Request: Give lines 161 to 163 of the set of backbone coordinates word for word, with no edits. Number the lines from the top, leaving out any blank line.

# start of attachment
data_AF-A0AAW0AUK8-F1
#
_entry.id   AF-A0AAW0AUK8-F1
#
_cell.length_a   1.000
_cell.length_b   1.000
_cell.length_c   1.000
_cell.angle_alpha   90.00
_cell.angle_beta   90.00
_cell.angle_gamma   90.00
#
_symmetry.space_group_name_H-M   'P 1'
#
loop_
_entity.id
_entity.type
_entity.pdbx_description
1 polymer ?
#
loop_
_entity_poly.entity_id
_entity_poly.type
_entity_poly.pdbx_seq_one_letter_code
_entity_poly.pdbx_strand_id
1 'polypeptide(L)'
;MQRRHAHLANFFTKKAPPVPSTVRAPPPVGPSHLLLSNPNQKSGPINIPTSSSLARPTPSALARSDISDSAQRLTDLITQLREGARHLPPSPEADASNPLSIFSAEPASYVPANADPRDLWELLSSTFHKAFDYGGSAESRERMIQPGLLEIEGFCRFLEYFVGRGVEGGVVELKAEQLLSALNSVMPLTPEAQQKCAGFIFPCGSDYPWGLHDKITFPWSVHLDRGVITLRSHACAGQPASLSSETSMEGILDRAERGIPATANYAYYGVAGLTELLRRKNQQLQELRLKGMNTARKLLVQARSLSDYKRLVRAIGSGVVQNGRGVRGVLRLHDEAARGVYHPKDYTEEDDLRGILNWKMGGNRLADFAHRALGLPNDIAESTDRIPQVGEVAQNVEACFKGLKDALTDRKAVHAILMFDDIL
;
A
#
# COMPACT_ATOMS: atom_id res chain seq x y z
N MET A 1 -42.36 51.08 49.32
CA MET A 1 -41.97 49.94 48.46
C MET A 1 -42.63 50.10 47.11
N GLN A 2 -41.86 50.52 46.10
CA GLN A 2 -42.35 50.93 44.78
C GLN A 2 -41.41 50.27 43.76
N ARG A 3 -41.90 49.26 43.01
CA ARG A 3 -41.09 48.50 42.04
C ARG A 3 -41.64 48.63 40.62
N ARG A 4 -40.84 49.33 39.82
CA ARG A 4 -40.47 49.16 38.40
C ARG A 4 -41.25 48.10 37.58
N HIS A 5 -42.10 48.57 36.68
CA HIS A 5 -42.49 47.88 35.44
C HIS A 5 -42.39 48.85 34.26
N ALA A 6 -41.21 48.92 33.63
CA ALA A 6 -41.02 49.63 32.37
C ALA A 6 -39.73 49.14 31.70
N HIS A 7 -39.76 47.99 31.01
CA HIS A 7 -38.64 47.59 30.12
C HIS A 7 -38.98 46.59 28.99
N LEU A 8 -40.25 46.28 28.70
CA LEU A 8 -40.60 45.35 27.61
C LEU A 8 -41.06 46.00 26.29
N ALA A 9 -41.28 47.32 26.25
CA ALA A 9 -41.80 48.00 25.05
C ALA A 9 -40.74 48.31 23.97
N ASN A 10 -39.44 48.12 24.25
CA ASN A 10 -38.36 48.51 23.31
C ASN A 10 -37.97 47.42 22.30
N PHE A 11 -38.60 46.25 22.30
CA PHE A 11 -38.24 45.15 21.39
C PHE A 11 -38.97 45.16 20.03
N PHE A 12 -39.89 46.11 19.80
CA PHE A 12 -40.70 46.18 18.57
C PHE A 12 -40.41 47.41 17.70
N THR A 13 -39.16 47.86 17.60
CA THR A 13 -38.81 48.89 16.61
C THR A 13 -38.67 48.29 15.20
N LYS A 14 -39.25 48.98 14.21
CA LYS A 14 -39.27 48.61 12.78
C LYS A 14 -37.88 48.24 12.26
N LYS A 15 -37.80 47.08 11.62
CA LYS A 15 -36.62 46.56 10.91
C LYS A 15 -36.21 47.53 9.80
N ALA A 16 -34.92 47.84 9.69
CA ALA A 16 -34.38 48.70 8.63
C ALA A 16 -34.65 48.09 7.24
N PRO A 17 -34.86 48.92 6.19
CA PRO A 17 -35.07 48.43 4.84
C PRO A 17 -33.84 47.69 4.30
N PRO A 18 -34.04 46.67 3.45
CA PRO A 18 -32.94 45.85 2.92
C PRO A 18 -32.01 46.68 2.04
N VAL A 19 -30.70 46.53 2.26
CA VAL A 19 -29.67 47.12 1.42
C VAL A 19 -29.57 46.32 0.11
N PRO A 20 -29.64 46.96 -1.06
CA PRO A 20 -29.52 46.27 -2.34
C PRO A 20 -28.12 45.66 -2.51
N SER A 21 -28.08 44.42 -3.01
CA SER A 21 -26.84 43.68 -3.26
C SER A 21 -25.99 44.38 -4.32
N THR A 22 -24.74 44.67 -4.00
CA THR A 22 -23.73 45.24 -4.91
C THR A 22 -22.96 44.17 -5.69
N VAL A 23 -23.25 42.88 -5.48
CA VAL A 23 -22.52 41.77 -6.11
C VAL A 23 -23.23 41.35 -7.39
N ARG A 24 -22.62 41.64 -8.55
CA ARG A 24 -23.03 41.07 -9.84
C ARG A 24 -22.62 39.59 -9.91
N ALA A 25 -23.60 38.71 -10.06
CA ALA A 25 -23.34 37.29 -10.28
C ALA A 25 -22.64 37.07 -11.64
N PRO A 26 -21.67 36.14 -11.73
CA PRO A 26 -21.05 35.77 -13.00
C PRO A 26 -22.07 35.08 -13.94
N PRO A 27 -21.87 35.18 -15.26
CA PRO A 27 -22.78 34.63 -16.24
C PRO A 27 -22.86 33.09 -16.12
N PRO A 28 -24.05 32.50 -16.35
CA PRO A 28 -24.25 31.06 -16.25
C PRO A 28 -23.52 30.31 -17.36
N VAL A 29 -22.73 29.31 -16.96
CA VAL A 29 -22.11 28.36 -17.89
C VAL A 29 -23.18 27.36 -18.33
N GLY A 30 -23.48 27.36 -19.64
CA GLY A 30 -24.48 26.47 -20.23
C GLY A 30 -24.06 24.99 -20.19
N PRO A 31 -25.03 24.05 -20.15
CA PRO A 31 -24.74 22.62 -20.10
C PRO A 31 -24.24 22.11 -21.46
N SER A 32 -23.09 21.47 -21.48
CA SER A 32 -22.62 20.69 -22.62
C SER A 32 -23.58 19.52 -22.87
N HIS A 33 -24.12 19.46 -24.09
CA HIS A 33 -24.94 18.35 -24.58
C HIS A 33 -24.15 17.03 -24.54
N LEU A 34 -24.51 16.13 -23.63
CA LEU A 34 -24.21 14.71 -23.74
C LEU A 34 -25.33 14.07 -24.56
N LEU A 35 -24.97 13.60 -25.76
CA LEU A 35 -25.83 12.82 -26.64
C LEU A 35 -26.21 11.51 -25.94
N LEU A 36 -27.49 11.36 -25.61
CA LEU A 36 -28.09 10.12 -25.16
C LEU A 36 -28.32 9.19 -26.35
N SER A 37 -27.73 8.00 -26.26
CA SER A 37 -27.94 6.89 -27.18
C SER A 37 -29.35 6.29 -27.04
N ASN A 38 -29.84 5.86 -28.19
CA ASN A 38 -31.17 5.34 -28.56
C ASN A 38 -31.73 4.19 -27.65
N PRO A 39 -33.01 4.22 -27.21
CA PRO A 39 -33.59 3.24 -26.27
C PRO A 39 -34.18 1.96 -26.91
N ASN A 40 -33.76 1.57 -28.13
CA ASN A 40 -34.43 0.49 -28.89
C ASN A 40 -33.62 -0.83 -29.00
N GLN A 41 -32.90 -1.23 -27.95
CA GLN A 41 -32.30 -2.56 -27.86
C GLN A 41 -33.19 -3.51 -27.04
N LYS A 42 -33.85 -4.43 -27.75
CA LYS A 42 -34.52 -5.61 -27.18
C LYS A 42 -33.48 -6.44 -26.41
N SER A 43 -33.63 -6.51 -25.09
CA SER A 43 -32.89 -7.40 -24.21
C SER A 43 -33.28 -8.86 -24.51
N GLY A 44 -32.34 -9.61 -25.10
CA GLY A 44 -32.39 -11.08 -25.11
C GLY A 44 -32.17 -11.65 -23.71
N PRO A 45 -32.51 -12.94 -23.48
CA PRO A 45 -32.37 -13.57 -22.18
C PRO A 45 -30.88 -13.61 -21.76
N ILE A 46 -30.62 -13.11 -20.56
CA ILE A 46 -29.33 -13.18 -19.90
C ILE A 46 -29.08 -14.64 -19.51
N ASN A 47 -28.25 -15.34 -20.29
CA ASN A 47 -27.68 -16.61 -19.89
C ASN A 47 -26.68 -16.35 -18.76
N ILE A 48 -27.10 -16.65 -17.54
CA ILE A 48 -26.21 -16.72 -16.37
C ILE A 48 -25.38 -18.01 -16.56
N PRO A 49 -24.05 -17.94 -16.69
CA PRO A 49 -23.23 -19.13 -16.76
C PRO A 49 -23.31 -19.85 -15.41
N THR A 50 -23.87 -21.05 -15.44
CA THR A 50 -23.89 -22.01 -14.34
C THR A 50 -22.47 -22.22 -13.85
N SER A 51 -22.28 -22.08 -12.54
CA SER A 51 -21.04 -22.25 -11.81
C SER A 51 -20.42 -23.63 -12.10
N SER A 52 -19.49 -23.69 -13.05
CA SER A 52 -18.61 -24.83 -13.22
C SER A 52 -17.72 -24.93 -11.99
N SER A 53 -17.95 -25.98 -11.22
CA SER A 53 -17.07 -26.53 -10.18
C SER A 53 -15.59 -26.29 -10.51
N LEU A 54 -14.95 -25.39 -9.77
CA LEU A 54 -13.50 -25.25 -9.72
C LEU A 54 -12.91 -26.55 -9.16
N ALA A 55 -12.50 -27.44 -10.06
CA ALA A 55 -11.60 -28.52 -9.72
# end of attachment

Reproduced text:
CA GLY A 44 -32.39 -11.08 -25.11
C GLY A 44 -32.17 -11.65 -23.71
N PRO A 45 -32.51 -12.94 -23.48